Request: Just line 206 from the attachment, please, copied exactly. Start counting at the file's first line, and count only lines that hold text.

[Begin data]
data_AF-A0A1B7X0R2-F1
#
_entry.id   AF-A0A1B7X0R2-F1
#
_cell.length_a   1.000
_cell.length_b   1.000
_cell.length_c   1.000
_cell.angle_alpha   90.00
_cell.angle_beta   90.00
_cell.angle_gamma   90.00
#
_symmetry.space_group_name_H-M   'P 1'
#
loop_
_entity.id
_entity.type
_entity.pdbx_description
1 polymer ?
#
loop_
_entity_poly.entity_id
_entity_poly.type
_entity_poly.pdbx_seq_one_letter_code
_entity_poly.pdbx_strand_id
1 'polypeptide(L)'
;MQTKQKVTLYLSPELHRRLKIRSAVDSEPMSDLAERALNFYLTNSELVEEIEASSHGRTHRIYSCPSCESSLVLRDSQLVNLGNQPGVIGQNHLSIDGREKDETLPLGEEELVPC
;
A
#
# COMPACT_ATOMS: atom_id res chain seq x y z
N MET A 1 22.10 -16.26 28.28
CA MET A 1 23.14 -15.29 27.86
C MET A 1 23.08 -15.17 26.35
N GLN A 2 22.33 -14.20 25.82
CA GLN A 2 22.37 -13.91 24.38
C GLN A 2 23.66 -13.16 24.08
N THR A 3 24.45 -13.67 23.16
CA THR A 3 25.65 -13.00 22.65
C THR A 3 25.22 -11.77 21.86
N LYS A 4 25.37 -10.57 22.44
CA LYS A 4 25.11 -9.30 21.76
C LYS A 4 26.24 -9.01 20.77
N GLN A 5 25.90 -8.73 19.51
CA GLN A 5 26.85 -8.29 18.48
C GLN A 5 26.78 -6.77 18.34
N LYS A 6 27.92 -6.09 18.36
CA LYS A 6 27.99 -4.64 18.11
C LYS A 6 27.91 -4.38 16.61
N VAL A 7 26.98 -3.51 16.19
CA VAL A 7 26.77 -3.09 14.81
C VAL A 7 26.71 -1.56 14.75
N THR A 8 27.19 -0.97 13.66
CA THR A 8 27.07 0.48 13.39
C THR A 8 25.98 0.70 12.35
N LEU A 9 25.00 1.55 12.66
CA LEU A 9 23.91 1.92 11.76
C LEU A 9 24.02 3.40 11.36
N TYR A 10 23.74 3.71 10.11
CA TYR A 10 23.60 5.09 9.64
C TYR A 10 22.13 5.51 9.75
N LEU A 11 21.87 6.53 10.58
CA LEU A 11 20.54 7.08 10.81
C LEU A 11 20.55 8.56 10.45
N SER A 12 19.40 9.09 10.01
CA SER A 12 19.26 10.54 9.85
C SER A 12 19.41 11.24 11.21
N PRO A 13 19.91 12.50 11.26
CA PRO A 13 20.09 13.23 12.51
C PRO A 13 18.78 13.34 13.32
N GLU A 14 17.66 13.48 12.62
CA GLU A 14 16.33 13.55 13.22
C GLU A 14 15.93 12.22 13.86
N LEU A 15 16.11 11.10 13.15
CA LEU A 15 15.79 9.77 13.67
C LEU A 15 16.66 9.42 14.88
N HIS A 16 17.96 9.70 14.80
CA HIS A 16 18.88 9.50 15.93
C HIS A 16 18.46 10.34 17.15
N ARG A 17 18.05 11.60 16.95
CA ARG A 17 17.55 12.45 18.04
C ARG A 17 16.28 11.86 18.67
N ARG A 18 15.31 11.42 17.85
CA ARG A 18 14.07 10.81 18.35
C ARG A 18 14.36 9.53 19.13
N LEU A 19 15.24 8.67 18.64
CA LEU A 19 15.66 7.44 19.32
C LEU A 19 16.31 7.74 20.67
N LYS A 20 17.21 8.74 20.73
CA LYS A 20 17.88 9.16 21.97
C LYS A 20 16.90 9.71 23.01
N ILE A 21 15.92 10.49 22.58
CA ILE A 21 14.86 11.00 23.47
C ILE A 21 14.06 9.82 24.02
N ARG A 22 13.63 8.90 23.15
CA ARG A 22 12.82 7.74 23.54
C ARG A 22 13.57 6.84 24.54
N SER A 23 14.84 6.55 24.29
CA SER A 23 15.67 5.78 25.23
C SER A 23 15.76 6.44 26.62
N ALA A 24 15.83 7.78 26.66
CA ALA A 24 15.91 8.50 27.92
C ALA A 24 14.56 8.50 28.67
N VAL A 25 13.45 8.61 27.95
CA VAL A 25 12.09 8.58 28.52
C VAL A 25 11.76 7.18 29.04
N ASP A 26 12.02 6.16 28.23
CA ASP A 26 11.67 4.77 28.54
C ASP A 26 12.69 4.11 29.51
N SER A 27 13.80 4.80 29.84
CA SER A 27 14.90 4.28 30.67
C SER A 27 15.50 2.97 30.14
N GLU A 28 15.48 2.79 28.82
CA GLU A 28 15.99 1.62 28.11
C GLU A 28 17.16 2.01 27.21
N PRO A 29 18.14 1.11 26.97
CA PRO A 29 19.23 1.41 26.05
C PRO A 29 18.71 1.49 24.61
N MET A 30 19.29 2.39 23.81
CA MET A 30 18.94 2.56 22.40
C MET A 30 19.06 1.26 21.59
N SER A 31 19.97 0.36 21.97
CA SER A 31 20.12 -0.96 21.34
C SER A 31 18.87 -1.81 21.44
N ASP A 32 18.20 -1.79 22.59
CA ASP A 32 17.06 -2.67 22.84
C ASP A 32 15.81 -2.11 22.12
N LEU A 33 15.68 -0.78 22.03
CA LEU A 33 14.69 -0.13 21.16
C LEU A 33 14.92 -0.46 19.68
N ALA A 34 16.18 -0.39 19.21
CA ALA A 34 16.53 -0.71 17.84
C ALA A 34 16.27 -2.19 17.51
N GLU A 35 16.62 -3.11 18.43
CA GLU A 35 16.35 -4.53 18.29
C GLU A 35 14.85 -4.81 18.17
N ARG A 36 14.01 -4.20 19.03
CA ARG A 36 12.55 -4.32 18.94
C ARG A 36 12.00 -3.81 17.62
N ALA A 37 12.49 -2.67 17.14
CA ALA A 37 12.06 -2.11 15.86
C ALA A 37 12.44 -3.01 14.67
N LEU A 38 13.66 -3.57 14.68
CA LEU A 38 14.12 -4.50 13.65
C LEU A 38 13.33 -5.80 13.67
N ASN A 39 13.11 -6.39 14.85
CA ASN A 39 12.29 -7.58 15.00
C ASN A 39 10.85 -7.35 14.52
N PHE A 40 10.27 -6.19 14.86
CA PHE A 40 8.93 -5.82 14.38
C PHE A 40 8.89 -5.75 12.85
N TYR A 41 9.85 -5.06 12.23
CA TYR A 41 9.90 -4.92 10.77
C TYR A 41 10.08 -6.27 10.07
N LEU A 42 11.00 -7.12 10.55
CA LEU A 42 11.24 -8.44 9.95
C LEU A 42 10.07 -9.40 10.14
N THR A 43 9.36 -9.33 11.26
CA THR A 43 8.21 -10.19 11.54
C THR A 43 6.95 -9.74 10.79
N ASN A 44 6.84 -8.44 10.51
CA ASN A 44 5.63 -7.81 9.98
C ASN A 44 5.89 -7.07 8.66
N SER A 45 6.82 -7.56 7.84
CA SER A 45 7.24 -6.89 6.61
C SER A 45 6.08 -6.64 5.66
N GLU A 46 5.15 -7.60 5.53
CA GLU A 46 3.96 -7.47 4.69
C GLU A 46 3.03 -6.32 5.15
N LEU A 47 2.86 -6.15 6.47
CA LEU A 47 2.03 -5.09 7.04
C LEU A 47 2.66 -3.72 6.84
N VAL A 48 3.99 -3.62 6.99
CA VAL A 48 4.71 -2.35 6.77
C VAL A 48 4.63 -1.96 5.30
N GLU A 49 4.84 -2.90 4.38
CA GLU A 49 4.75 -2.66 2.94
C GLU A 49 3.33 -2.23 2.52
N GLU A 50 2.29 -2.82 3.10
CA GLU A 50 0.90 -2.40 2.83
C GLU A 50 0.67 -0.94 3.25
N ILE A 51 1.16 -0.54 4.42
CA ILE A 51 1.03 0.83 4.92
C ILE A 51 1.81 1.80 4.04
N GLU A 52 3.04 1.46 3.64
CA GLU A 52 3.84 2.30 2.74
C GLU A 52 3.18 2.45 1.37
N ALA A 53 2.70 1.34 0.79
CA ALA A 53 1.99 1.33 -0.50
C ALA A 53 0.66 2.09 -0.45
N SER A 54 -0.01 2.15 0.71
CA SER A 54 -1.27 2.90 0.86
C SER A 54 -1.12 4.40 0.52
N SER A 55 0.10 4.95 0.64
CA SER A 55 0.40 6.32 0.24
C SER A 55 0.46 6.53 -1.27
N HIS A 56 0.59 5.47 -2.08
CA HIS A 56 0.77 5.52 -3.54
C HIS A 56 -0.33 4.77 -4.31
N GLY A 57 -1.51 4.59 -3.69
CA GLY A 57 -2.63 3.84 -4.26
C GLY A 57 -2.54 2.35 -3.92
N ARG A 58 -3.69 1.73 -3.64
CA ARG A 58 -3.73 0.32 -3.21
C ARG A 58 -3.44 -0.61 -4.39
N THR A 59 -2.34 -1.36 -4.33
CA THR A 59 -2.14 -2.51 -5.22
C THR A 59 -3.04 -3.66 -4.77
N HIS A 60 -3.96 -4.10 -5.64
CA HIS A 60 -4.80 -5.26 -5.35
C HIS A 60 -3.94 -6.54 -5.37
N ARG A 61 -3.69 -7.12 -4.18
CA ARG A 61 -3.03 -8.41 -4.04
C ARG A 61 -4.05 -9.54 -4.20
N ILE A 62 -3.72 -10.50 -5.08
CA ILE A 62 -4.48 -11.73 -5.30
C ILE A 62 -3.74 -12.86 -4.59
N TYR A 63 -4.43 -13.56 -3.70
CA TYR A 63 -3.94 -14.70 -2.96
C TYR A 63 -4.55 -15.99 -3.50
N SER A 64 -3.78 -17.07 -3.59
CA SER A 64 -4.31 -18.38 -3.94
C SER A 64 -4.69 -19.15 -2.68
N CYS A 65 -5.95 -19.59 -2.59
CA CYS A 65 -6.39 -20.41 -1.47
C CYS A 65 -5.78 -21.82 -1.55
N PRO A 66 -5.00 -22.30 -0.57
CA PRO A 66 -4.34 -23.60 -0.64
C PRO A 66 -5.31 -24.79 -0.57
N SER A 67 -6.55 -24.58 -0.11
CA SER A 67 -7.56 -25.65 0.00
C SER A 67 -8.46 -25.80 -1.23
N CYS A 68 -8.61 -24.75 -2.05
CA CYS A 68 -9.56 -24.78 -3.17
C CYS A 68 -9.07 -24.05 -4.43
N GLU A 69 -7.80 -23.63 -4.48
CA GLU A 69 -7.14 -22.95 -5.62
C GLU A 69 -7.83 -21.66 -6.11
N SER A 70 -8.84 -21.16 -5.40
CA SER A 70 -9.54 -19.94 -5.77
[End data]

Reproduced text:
CA THR A 59 -2.14 -2.51 -5.22